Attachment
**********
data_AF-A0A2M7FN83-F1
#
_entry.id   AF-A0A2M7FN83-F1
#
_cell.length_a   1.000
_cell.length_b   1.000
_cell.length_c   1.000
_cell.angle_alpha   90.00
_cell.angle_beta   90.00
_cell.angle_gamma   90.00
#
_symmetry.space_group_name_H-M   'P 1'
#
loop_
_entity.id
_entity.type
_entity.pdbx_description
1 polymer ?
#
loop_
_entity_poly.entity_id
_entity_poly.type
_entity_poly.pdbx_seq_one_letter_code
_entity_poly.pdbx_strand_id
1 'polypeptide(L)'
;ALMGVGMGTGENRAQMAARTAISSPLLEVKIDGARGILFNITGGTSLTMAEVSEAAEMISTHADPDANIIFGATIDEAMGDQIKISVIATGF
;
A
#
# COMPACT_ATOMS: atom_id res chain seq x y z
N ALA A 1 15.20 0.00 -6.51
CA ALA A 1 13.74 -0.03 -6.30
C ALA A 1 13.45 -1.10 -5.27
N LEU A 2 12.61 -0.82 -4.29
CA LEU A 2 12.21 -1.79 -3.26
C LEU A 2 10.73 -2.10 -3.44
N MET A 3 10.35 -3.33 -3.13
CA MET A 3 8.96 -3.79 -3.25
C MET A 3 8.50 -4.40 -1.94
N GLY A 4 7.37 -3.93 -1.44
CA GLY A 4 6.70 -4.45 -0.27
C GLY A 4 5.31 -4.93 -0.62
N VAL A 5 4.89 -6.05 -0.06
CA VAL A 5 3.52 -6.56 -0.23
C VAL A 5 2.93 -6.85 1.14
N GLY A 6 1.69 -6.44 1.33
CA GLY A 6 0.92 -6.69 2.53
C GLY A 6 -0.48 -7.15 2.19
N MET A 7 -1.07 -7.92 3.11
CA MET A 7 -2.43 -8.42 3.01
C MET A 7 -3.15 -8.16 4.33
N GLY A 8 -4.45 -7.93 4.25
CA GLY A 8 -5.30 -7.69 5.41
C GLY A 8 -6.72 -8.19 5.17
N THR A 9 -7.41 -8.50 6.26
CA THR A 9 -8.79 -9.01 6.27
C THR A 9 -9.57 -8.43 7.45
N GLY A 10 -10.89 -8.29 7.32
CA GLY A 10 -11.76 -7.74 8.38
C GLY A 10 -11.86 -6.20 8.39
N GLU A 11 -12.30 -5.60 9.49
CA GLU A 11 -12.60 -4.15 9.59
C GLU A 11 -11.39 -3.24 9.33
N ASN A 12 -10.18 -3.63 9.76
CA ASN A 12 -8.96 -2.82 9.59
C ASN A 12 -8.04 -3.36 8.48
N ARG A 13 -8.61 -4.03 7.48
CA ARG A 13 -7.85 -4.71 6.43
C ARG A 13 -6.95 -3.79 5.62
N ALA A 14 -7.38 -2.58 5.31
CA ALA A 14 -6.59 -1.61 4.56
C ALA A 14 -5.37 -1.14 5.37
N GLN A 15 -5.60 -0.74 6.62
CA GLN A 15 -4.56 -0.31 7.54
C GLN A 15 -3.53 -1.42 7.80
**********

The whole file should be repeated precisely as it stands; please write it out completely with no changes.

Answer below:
data_AF-A0A2M7FN83-F1
#
_entry.id   AF-A0A2M7FN83-F1
#
_cell.length_a   1.000
_cell.length_b   1.000
_cell.length_c   1.000
_cell.angle_alpha   90.00
_cell.angle_beta   90.00
_cell.angle_gamma   90.00
#
_symmetry.space_group_name_H-M   'P 1'
#
loop_
_entity.id
_entity.type
_entity.pdbx_description
1 polymer ?
#
loop_
_entity_poly.entity_id
_entity_poly.type
_entity_poly.pdbx_seq_one_letter_code
_entity_poly.pdbx_strand_id
1 'polypeptide(L)'
;ALMGVGMGTGENRAQMAARTAISSPLLEVKIDGARGILFNITGGTSLTMAEVSEAAEMISTHADPDANIIFGATIDEAMGDQIKISVIATGF
;
A
#
# COMPACT_ATOMS: atom_id res chain seq x y z
N ALA A 1 15.20 0.00 -6.51
CA ALA A 1 13.74 -0.03 -6.30
C ALA A 1 13.45 -1.10 -5.27
N LEU A 2 12.61 -0.82 -4.29
CA LEU A 2 12.21 -1.79 -3.26
C LEU A 2 10.73 -2.10 -3.44
N MET A 3 10.35 -3.33 -3.13
CA MET A 3 8.96 -3.79 -3.25
C MET A 3 8.50 -4.40 -1.94
N GLY A 4 7.37 -3.93 -1.44
CA GLY A 4 6.70 -4.45 -0.27
C GLY A 4 5.31 -4.93 -0.62
N VAL A 5 4.89 -6.05 -0.06
CA VAL A 5 3.52 -6.56 -0.23
C VAL A 5 2.93 -6.85 1.14
N GLY A 6 1.69 -6.44 1.33
CA GLY A 6 0.92 -6.69 2.53
C GLY A 6 -0.48 -7.15 2.19
N MET A 7 -1.07 -7.92 3.11
CA MET A 7 -2.43 -8.42 3.01
C MET A 7 -3.15 -8.16 4.33
N GLY A 8 -4.45 -7.93 4.25
CA GLY A 8 -5.30 -7.69 5.41
C GLY A 8 -6.72 -8.19 5.17
N THR A 9 -7.41 -8.50 6.26
CA THR A 9 -8.79 -9.01 6.27
C THR A 9 -9.57 -8.43 7.45
N GLY A 10 -10.89 -8.29 7.32
CA GLY A 10 -11.76 -7.74 8.38
C GLY A 10 -11.86 -6.20 8.39
N GLU A 11 -12.30 -5.60 9.49
CA GLU A 11 -12.60 -4.15 9.59
C GLU A 11 -11.39 -3.24 9.33
N ASN A 12 -10.18 -3.63 9.76
CA ASN A 12 -8.96 -2.82 9.59
C ASN A 12 -8.04 -3.36 8.48
N ARG A 13 -8.61 -4.03 7.48
CA ARG A 13 -7.85 -4.71 6.43
C ARG A 13 -6.95 -3.79 5.62
N ALA A 14 -7.38 -2.58 5.31
CA ALA A 14 -6.59 -1.61 4.56
C ALA A 14 -5.37 -1.14 5.37
N GLN A 15 -5.60 -0.74 6.62
CA GLN A 15 -4.56 -0.31 7.54
C GLN A 15 -3.53 -1.42 7.80